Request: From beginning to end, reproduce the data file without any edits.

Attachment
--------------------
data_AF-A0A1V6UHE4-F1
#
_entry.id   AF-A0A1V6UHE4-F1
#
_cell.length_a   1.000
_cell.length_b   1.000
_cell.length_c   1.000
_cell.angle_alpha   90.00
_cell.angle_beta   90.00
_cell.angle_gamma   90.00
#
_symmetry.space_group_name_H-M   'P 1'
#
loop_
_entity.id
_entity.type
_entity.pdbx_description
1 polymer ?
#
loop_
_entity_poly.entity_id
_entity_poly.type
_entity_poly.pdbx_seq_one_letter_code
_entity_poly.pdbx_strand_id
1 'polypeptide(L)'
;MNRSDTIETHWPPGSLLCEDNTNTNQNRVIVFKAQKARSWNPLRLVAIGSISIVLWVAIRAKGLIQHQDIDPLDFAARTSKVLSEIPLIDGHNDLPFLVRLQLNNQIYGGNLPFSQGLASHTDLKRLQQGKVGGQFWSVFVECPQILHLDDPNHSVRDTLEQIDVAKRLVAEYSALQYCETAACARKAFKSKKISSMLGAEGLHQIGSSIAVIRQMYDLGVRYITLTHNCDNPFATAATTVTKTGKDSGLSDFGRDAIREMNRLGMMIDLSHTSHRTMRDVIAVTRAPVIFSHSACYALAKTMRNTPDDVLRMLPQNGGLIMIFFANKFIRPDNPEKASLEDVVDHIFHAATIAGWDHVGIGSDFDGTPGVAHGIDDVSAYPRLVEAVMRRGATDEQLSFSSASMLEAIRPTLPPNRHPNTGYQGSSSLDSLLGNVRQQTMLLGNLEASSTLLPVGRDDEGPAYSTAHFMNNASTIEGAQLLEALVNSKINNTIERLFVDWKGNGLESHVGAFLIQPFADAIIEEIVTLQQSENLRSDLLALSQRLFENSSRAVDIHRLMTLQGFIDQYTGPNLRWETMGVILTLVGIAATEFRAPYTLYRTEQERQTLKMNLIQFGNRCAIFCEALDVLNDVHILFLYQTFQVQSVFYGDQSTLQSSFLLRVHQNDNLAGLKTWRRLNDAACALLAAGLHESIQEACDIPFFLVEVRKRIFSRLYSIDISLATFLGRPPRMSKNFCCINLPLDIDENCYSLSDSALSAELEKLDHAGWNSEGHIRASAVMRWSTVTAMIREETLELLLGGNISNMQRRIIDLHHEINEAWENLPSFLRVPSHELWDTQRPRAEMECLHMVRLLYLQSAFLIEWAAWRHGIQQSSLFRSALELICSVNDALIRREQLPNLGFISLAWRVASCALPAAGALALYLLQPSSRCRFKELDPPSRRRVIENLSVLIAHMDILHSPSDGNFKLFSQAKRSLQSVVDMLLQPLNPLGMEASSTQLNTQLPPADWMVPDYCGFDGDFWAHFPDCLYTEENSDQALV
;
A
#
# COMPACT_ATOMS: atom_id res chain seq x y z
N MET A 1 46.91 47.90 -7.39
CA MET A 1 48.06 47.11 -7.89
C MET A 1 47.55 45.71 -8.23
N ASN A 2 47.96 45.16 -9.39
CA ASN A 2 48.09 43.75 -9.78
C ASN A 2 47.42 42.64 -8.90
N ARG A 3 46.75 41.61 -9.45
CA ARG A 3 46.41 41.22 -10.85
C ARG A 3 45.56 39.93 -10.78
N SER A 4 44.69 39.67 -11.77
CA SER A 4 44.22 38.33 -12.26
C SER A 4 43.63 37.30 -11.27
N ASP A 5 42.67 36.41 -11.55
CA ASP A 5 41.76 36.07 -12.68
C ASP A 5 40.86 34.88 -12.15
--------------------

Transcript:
data_AF-A0A1V6UHE4-F1
#
_entry.id   AF-A0A1V6UHE4-F1
#
_cell.length_a   1.000
_cell.length_b   1.000
_cell.length_c   1.000
_cell.angle_alpha   90.00
_cell.angle_beta   90.00
_cell.angle_gamma   90.00
#
_symmetry.space_group_name_H-M   'P 1'
#
loop_
_entity.id
_entity.type
_entity.pdbx_description
1 polymer ?
#
loop_
_entity_poly.entity_id
_entity_poly.type
_entity_poly.pdbx_seq_one_letter_code
_entity_poly.pdbx_strand_id
1 'polypeptide(L)'
;MNRSDTIETHWPPGSLLCEDNTNTNQNRVIVFKAQKARSWNPLRLVAIGSISIVLWVAIRAKGLIQHQDIDPLDFAARTSKVLSEIPLIDGHNDLPFLVRLQLNNQIYGGNLPFSQGLASHTDLKRLQQGKVGGQFWSVFVECPQILHLDDPNHSVRDTLEQIDVAKRLVAEYSALQYCETAACARKAFKSKKISSMLGAEGLHQIGSSIAVIRQMYDLGVRYITLTHNCDNPFATAATTVTKTGKDSGLSDFGRDAIREMNRLGMMIDLSHTSHRTMRDVIAVTRAPVIFSHSACYALAKTMRNTPDDVLRMLPQNGGLIMIFFANKFIRPDNPEKASLEDVVDHIFHAATIAGWDHVGIGSDFDGTPGVAHGIDDVSAYPRLVEAVMRRGATDEQLSFSSASMLEAIRPTLPPNRHPNTGYQGSSSLDSLLGNVRQQTMLLGNLEASSTLLPVGRDDEGPAYSTAHFMNNASTIEGAQLLEALVNSKINNTIERLFVDWKGNGLESHVGAFLIQPFADAIIEEIVTLQQSENLRSDLLALSQRLFENSSRAVDIHRLMTLQGFIDQYTGPNLRWETMGVILTLVGIAATEFRAPYTLYRTEQERQTLKMNLIQFGNRCAIFCEALDVLNDVHILFLYQTFQVQSVFYGDQSTLQSSFLLRVHQNDNLAGLKTWRRLNDAACALLAAGLHESIQEACDIPFFLVEVRKRIFSRLYSIDISLATFLGRPPRMSKNFCCINLPLDIDENCYSLSDSALSAELEKLDHAGWNSEGHIRASAVMRWSTVTAMIREETLELLLGGNISNMQRRIIDLHHEINEAWENLPSFLRVPSHELWDTQRPRAEMECLHMVRLLYLQSAFLIEWAAWRHGIQQSSLFRSALELICSVNDALIRREQLPNLGFISLAWRVASCALPAAGALALYLLQPSSRCRFKELDPPSRRRVIENLSVLIAHMDILHSPSDGNFKLFSQAKRSLQSVVDMLLQPLNPLGMEASSTQLNTQLPPADWMVPDYCGFDGDFWAHFPDCLYTEENSDQALV
;
A
#
# COMPACT_ATOMS: atom_id res chain seq x y z
N MET A 1 46.91 47.90 -7.39
CA MET A 1 48.06 47.11 -7.89
C MET A 1 47.55 45.71 -8.23
N ASN A 2 47.96 45.16 -9.39
CA ASN A 2 48.09 43.75 -9.78
C ASN A 2 47.42 42.64 -8.90
N ARG A 3 46.75 41.61 -9.45
CA ARG A 3 46.41 41.22 -10.85
C ARG A 3 45.56 39.93 -10.78
N SER A 4 44.69 39.67 -11.77
CA SER A 4 44.22 38.33 -12.26
C SER A 4 43.63 37.30 -11.27
N ASP A 5 42.67 36.41 -11.55
CA ASP A 5 41.76 36.07 -12.68
C ASP A 5 40.86 34.88 -12.15